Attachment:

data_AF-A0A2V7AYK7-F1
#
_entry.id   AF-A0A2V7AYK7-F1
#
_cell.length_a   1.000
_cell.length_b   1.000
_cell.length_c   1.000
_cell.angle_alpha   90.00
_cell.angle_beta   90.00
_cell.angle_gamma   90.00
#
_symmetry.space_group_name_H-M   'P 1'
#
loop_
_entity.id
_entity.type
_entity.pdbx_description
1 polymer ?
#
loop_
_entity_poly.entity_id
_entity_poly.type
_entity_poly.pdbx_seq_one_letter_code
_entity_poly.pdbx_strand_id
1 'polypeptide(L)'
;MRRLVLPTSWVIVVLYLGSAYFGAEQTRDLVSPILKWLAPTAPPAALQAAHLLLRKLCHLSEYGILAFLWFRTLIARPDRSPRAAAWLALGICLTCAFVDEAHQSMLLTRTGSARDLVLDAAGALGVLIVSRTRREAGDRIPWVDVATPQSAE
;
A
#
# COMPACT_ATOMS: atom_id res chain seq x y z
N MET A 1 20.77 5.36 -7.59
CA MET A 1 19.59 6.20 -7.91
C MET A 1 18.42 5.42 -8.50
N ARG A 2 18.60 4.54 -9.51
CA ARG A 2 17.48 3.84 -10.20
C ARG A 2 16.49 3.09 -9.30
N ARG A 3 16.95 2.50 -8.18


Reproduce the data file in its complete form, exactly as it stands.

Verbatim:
data_AF-A0A2V7AYK7-F1
#
_entry.id   AF-A0A2V7AYK7-F1
#
_cell.length_a   1.000
_cell.length_b   1.000
_cell.length_c   1.000
_cell.angle_alpha   90.00
_cell.angle_beta   90.00
_cell.angle_gamma   90.00
#
_symmetry.space_group_name_H-M   'P 1'
#
loop_
_entity.id
_entity.type
_entity.pdbx_description
1 polymer ?
#
loop_
_entity_poly.entity_id
_entity_poly.type
_entity_poly.pdbx_seq_one_letter_code
_entity_poly.pdbx_strand_id
1 'polypeptide(L)'
;MRRLVLPTSWVIVVLYLGSAYFGAEQTRDLVSPILKWLAPTAPPAALQAAHLLLRKLCHLSEYGILAFLWFRTLIARPDRSPRAAAWLALGICLTCAFVDEAHQSMLLTRTGSARDLVLDAAGALGVLIVSRTRREAGDRIPWVDVATPQSAE
;
A
#
# COMPACT_ATOMS: atom_id res chain seq x y z
N MET A 1 20.77 5.36 -7.59
CA MET A 1 19.59 6.20 -7.91
C MET A 1 18.42 5.42 -8.50
N ARG A 2 18.60 4.54 -9.51
CA ARG A 2 17.48 3.84 -10.20
C ARG A 2 16.49 3.09 -9.30
N ARG A 3 16.95 2.50 -8.18